@Kathy: I haven’t run the comparisons lately but, when I was in, I made less as a 2LT than did senior SSGs and SFCs under my leadership. But the promotion to 1LT (at 2 years of service) put me ahead of the 1SG (~18 years in) and even junior CPTs (~4 years service) make more than all but the most senior CSMs (~25-30 years).

    2
  8. Michael Cain says:

    I have no idea how military pensions are structured these days. How much would a civilian have to set aside each month in order to get a similar payout?

    5
  9. Gawaine says:

    Some modest counter points, or at least flavoring. Though maybe it’s only the Navy getting beaten up… those are the only early enlisted folks I’m on good terms with.
    * It’s true that many military folks aren’t exposed to much danger. However, they all have the risk of danger. That is: When they sign up, they are signing up for a job that may tell them that they’re going to be deployed, even if they thought they were signing up for something safe. Many Navy folks found themselves in the middle of Afghanistan on-loan to help their fellow services, when they thought they’d be safely ensconced on a ship.
    * Navy enlistees work crazy hours, all the time, when they’re on deployment, especially when they first join up. I can’t say it’s over 80 hours constantly, but it’s in the 70-80 hour range on some ships, for some rates. Why? Not enough people trained for some specialties, mixed with a chore chart that sticks people with kitchen, cleaning, etc. duties. When not on deployment, they get to clean the ship while also fixing the list of problems that were found in aging equipment at sea.
    * TRICARE as Cadillac-level astounds me. I’ve got both Army and Navy friends who’re traveling 3 hours or more to find out that their doctor won’t see them.

    1
  10. R. Dave says:

    In addition to the non-cash benefits received during service, I think the retirement package, disability benefits, hiring preferences, and state-level tax breaks, have to be a huge part of the analysis, right? A good friend of mine served something like 12 years and “retired” as a major with something like $3k/mo of pension and disability benefits (medical, not combat related, and honestly not even remotely “disabling” in the ordinary sense of the word) for the rest of his life, free college for both his kids, and since he lives in Texas, zero property taxes on his house as a veteran. Not sure if enlisted get anything like those benefits, but nowhere in the civilian world would someone that’s essentially middle management have a retirement/severance package even close to that.

    3
  11. CSK says:

    @Gawaine:
    I can’t resist asking: How’s it going since you relieved The Green Knight of his head? And have you kept up with Golagros?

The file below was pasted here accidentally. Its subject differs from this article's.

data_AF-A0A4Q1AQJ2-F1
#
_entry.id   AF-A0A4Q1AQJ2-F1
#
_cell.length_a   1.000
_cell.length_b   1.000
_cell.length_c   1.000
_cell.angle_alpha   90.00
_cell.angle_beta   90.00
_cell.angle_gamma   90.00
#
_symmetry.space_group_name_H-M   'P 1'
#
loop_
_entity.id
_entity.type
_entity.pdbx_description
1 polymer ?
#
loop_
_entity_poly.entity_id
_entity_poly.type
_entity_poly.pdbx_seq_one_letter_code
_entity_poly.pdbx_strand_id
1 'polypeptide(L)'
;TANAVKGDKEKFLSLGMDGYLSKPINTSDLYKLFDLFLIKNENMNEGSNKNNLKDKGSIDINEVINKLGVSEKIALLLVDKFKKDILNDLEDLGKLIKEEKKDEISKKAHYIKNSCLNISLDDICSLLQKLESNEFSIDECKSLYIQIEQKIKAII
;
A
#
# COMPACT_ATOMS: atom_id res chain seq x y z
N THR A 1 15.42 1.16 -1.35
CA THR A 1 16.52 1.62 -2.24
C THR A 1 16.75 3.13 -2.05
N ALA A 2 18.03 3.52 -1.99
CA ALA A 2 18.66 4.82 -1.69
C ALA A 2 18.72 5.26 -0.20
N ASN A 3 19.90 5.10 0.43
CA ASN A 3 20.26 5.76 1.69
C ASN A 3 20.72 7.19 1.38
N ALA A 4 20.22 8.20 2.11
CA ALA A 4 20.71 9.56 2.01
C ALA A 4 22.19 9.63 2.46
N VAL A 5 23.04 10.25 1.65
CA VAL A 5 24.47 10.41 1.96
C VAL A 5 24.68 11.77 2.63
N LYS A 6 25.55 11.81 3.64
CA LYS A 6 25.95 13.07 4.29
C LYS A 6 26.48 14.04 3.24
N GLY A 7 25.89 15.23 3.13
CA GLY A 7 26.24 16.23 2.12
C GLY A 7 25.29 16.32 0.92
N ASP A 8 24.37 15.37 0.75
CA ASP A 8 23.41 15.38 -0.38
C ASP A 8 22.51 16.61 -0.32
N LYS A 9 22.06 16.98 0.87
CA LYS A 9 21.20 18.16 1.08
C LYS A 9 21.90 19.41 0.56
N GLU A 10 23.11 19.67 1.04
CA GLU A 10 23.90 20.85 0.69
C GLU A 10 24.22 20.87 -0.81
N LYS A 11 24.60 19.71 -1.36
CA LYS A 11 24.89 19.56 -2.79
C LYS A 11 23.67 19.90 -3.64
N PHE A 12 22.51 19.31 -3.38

12. a country lawyer says:

    In December of 1965 in the auditorium across the railroad tracks from where James goes to work every day, I was commissioned as a second lieutenant. If I remember correctly my pay was $295 a month and went up to $304 on the following January 1st. After I got to Pensacola and began flight training I received an extra $100 a month flight pay. I felt so rich that I went out and bought my first car, a fully loaded 1966 GTO. It cost me $2,700. I wish Is still had it.

    5
  13. Jen says:

    @James Joyner: It is touched on in the post, yes. But it’s still not an apples-to-apples comparison, and cannot ever be. We could also delve into intangibles, like the degree to which a “contractor slinging hash” has far less employment security, and then look at things like opportunity to cut hours at a whim, etc.

    My point, which was poorly made, is that while neither of these are glamorous jobs, they aren’t really comparable. Yes, enlisted personnel should make a livable wage. But I don’t really think it’s logical to compare them to contractors.

    2
  14. James Joyner says:

    @R. Dave: @Jen: So, it’s certainly fair to point out longer term differences. But the point is that Biden is saying that everyone he has the power to control via EO should make $15/hour, which translates to a minimum of $31,000 a year. These folks don’t make that.

  15. Mister Bluster says:

    @a country lawyer:..fully loaded 1966 GTO.
    I graduated from High School in June of 1966. One of my classmates got a brand new ’66 GTO for graduation from his parents. He insisted that I drive it at least around the block.
    Little GTO
    Ronnie and the Daytonas

  16. Scott says:

    If you want to explore total compensation here is a place to start.

    https://www.military-ranks.org/air-force/airman-basic-pay